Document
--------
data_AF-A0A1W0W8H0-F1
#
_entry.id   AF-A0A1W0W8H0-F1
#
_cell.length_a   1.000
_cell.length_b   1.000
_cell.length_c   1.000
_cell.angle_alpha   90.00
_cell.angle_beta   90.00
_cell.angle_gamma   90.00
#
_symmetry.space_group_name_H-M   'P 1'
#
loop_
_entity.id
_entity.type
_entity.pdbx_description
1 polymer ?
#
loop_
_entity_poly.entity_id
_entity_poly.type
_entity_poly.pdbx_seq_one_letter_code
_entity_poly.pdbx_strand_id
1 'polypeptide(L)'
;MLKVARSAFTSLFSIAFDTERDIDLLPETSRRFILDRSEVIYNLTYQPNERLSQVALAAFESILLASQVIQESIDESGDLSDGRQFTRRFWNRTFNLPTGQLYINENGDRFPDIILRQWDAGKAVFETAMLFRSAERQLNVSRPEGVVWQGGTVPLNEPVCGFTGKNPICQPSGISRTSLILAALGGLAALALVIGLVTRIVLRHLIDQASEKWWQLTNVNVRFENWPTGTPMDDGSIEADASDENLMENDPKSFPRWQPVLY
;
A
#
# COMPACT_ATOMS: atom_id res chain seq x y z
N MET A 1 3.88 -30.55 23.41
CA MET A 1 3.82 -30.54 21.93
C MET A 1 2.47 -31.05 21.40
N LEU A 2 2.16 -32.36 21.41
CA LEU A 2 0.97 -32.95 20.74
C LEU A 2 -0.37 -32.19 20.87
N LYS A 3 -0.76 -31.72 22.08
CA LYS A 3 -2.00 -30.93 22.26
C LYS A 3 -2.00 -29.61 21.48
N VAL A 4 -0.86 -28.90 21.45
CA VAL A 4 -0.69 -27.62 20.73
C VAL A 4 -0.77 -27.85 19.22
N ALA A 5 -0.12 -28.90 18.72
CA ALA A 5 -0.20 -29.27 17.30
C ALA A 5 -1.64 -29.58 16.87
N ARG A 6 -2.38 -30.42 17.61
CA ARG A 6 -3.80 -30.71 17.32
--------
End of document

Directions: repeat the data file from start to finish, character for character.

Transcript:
data_AF-A0A1W0W8H0-F1
#
_entry.id   AF-A0A1W0W8H0-F1
#
_cell.length_a   1.000
_cell.length_b   1.000
_cell.length_c   1.000
_cell.angle_alpha   90.00
_cell.angle_beta   90.00
_cell.angle_gamma   90.00
#
_symmetry.space_group_name_H-M   'P 1'
#
loop_
_entity.id
_entity.type
_entity.pdbx_description
1 polymer ?
#
loop_
_entity_poly.entity_id
_entity_poly.type
_entity_poly.pdbx_seq_one_letter_code
_entity_poly.pdbx_strand_id
1 'polypeptide(L)'
;MLKVARSAFTSLFSIAFDTERDIDLLPETSRRFILDRSEVIYNLTYQPNERLSQVALAAFESILLASQVIQESIDESGDLSDGRQFTRRFWNRTFNLPTGQLYINENGDRFPDIILRQWDAGKAVFETAMLFRSAERQLNVSRPEGVVWQGGTVPLNEPVCGFTGKNPICQPSGISRTSLILAALGGLAALALVIGLVTRIVLRHLIDQASEKWWQLTNVNVRFENWPTGTPMDDGSIEADASDENLMENDPKSFPRWQPVLY
;
A
#
# COMPACT_ATOMS: atom_id res chain seq x y z
N MET A 1 3.88 -30.55 23.41
CA MET A 1 3.82 -30.54 21.93
C MET A 1 2.47 -31.05 21.40
N LEU A 2 2.16 -32.36 21.41
CA LEU A 2 0.97 -32.95 20.74
C LEU A 2 -0.37 -32.19 20.87
N LYS A 3 -0.76 -31.72 22.08
CA LYS A 3 -2.00 -30.93 22.26
C LYS A 3 -2.00 -29.61 21.48
N VAL A 4 -0.86 -28.90 21.45
CA VAL A 4 -0.69 -27.62 20.73
C VAL A 4 -0.77 -27.85 19.22
N ALA A 5 -0.12 -28.90 18.72
CA ALA A 5 -0.20 -29.27 17.30
C ALA A 5 -1.64 -29.58 16.87
N ARG A 6 -2.38 -30.42 17.61
CA ARG A 6 -3.80 -30.71 17.32